I travel a lot. And I just happened to be in Siena during the Feast of St. Catherine of Siena where I just happened to find myself following a parade of young men in tights, beating drums and shout-singing. The rest is deliberate. I followed them into a church where they gathered round the relics of St. Caterina, quieted and began singing the most beautiful song to this saint. I don’t think I’ve ever heard anything as beautiful. I still get chocked up thinking about it. This experience milled around in my head for about a year before it found its story.

That was around the time the editors of the anthology STRIPPED: A Collection of Anonymous Flash were looking for stories that would challenge the way readers read gender. I found the concept of the anthology fascinating and was confident that I could write a story from a woman’s point of view. In the end, I’m thrilled to say I fooled all of the test readers—even a computer software designed to indicate the gender of the author. Is it possible to leave your gender at the door when you write a story? I think so.

What is your experience of the writing process? Are you someone who approaches the desk singing, or do you carve out stories in blood and sweat and tears – or is it a combination…?

Thank you for this question. I’m a mixed bag of both. Some stories come fast and furious while others—most others actually—are arduous exercises in editing, regrouping, trashing, quilting, forgetting, rediscovering, etc. I see a lot of stories in my job as editor. Most of them feel like they needed more time to bloom. We’ve all had that experience of finding the perfect phrase or a more precise word five seconds—or five days—after having submitted it to our dream journal. We would all be better off if we let our stories germinate longer.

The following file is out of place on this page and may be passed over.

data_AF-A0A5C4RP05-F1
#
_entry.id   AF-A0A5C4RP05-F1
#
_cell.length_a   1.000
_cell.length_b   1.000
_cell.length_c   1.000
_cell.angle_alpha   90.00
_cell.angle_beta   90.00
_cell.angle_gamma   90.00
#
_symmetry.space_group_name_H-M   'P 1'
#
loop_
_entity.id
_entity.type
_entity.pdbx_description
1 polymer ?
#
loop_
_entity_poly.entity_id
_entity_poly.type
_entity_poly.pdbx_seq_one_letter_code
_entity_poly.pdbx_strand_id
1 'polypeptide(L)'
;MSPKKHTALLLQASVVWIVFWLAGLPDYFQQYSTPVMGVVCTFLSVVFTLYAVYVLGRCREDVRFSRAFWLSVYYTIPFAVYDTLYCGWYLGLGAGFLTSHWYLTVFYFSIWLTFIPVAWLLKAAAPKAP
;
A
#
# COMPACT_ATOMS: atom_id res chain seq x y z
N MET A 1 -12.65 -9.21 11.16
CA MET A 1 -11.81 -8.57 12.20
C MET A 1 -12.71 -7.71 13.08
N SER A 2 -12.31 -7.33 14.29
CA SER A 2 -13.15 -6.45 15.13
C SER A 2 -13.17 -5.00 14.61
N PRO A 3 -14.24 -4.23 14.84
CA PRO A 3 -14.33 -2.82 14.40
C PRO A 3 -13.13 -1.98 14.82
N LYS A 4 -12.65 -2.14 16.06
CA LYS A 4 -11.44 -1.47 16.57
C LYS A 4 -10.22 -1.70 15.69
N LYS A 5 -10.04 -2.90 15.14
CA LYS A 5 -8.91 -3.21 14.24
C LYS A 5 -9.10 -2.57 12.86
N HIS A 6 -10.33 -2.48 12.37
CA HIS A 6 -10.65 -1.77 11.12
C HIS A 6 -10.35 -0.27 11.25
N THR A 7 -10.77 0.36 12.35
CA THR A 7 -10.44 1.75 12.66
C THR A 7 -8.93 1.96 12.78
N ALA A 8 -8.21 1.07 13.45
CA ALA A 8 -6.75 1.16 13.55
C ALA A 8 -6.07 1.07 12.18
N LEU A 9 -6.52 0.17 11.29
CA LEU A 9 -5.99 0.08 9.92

In your experience as an editor at SmokeLong Quarterly, what elements lift a story from the slush pile?

Well, it must be said that we only have the slush pile, and we read everything. We don’t solicit stories, and our guest editors read blind. Every time we open a file, we hope we’ll find a story that rips us up. The elements that keep me reading—and I think I can speak for the other 12 editors at SLQ—is exciting prose at the sentence level, a confident voice that urges the reader into the story, and a honed narrative technique that drops the reader into a situation without a paragraph of scene-setting. Heart, or razor-sharp humor, or an uncommon beauty—or all three—can’t hurt. It’s almost always the story that makes an editor say, “I wish I’d written that” that raises a story above the pack.

 

Christopher Allen is the author of the flash fiction collection Other Household Toxins (Matter Press) and Conversations with S. Teri O’Type (a Satire). His short fiction has appeared in Indiana Review, [PANK]. Jellyfish Review, SmokeLong Quarterly: the Best of the First Ten Years 2003-2013, and STRIPPED: A Collection of Anonymous Flash among other fine journals and anthologies. Allen is a multiple nominee for the Pushcart Prize anthology, Best of the Net, storySouth‘s Million Writers Award, and The Best Small Fictions. In 2017 he was both a semifinalist and a finalist (as translator) for The Best Small Fictions. Since 2014 Allen has been the managing editor of the online flash fiction journal SmokeLong Quarterly and since 2017 a consulting editor for The Best Small Fictions. Originally from Tennessee, he lives somewhere in Europe.

Interview by Helen Rye: https://helenrye.com/

Posted 1 month ago

Leave a comment